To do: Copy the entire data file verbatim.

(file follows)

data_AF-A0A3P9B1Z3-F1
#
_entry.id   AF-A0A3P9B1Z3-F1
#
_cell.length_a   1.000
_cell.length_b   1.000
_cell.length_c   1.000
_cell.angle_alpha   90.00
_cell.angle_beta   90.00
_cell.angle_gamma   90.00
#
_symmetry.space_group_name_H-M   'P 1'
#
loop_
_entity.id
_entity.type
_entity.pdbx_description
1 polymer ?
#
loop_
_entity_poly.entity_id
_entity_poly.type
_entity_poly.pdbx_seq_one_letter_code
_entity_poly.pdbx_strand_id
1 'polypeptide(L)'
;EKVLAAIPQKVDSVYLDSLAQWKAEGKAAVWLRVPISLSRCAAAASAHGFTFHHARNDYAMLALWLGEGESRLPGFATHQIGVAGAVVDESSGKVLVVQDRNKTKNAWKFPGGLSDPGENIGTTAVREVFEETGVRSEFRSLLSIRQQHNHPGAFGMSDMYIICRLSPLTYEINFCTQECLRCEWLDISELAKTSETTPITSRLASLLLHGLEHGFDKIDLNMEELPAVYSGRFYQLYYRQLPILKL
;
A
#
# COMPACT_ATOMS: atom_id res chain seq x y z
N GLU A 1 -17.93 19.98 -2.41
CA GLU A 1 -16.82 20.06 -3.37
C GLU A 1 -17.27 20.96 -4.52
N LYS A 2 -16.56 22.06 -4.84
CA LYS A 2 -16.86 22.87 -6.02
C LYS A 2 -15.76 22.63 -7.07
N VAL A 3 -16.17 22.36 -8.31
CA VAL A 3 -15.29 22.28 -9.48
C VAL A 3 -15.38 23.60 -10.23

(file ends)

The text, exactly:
data_AF-A0A3P9B1Z3-F1
#
_entry.id   AF-A0A3P9B1Z3-F1
#
_cell.length_a   1.000
_cell.length_b   1.000
_cell.length_c   1.000
_cell.angle_alpha   90.00
_cell.angle_beta   90.00
_cell.angle_gamma   90.00
#
_symmetry.space_group_name_H-M   'P 1'
#
loop_
_entity.id
_entity.type
_entity.pdbx_description
1 polymer ?
#
loop_
_entity_poly.entity_id
_entity_poly.type
_entity_poly.pdbx_seq_one_letter_code
_entity_poly.pdbx_strand_id
1 'polypeptide(L)'
;EKVLAAIPQKVDSVYLDSLAQWKAEGKAAVWLRVPISLSRCAAAASAHGFTFHHARNDYAMLALWLGEGESRLPGFATHQIGVAGAVVDESSGKVLVVQDRNKTKNAWKFPGGLSDPGENIGTTAVREVFEETGVRSEFRSLLSIRQQHNHPGAFGMSDMYIICRLSPLTYEINFCTQECLRCEWLDISELAKTSETTPITSRLASLLLHGLEHGFDKIDLNMEELPAVYSGRFYQLYYRQLPILKL
;
A
#
# COMPACT_ATOMS: atom_id res chain seq x y z
N GLU A 1 -17.93 19.98 -2.41
CA GLU A 1 -16.82 20.06 -3.37
C GLU A 1 -17.27 20.96 -4.52
N LYS A 2 -16.56 22.06 -4.84
CA LYS A 2 -16.86 22.87 -6.02
C LYS A 2 -15.76 22.63 -7.07
N VAL A 3 -16.17 22.36 -8.31
CA VAL A 3 -15.29 22.28 -9.48
C VAL A 3 -15.38 23.60 -10.23